Student Senate discusses potential room and board fee increase


Rob Le Cates

Mark Hudson, Eastern Illinois University’s executive director of university housing and dining services speaks at the Student Government meeting Wednesday night. Hudson talked about the Bond Revenue Committee and how it impacts students living on campus for the 2022-2023 school year.

Katja Benz, Campus Reporter

Students living on campus may experience a three percent increase to their room and board fees, which was presented during the Student Senate meeting on Wednesday by Housing and Dining.

Room and board charges are based on the meal plan a student gets and is expected to go up between $140 and $169.

The biggest changes to impact students are the minimum wage increase and the microfridge pilot program. 

The minimum wage will increase from $12 an hour to $13 an hour in Jan. 2023.

Outside of the pilot program and minimum wage increase, room and board costs include other things as well, Mark Hudson, Eastern’s executive director of University Housing and Dining Services, said.

The microfridge pilot program is a two-year program that puts a singular microwave and a mini fridge in a dorm room prior to students moving in and removes it after the students move out of the room for the school year. 

In the program’s first year, Pemberton Hall residents received this at no additional cost in their room and board fees.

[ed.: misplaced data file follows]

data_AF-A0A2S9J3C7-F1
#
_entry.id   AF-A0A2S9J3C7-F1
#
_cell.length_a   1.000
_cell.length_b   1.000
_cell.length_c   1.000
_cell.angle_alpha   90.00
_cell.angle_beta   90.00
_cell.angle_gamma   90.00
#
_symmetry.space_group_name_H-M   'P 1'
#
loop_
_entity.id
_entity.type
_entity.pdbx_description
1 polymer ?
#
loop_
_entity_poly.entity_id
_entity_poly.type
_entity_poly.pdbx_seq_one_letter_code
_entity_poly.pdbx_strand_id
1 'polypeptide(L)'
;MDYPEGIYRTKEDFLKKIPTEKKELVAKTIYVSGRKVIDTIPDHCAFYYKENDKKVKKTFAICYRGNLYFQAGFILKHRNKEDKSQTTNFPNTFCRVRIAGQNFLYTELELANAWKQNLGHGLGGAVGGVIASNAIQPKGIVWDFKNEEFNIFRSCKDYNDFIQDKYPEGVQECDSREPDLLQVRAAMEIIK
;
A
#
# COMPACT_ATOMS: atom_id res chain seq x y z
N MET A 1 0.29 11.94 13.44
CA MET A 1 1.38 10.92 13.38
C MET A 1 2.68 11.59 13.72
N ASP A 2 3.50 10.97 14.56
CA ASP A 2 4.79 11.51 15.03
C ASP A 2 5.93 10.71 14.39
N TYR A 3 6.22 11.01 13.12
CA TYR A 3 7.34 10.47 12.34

The 2022-2023 school year will be the second year in this program, with the microfridges returning to Pemberton Hall and the microfridges being added to all three residence halls in the triad. The microfridges will not be in either any of the South Quad residence halls or the Lincoln, Stevenson, Douglas complex.

If students living in these halls have microwaves or mini fridges from previous years, they can opt out of having an extra microfridge despite the increase. 

The overall response from present Pemberton residents was seemingly positive, despite only 26.6 percent of residents responding to a survey sent out by Housing and Dining Services.

Other parts of the increase are due to remodeling in residence halls. Hudson met with students from Taylor’s Hall Council to discuss new drape styles and bathroom updates.

“We met with the Taylor Hall Council last night to show them plans for future bathroom renovations and get their input on how they would best like to see that happen by having several different versions,” Hudson said. “They gave us very good input. That’s how we try to find out how students are thinking about things. As we increase the amount of dollars we have available to us, then that’s when we’ll be able to move ahead with doing those kinds of projects.”

The increase also includes inflation for food, meaning that the cost of a meal plan would have to rise in price as well. Meal plans will go up between $42 and $69 a semester.

The senate will give their vote to Hudson at the March 30 meeting after multiple senators expressed mixed feelings.

Hudson said he wants the students to benefit from these kinds of programs. 

“We try to do the things that are the most reactive to them to help them that (will be) a more direct benefit to them,” Hudson said.

The senate also discussed where the date rape kits have been placed around campus. The kits have been distributed in the Health Education Resource Center, both the Health and Counseling Centers in the Human Services building and to the Office of Volunteerism.


Katja Benz can be reached at 581-2812 or at [email protected].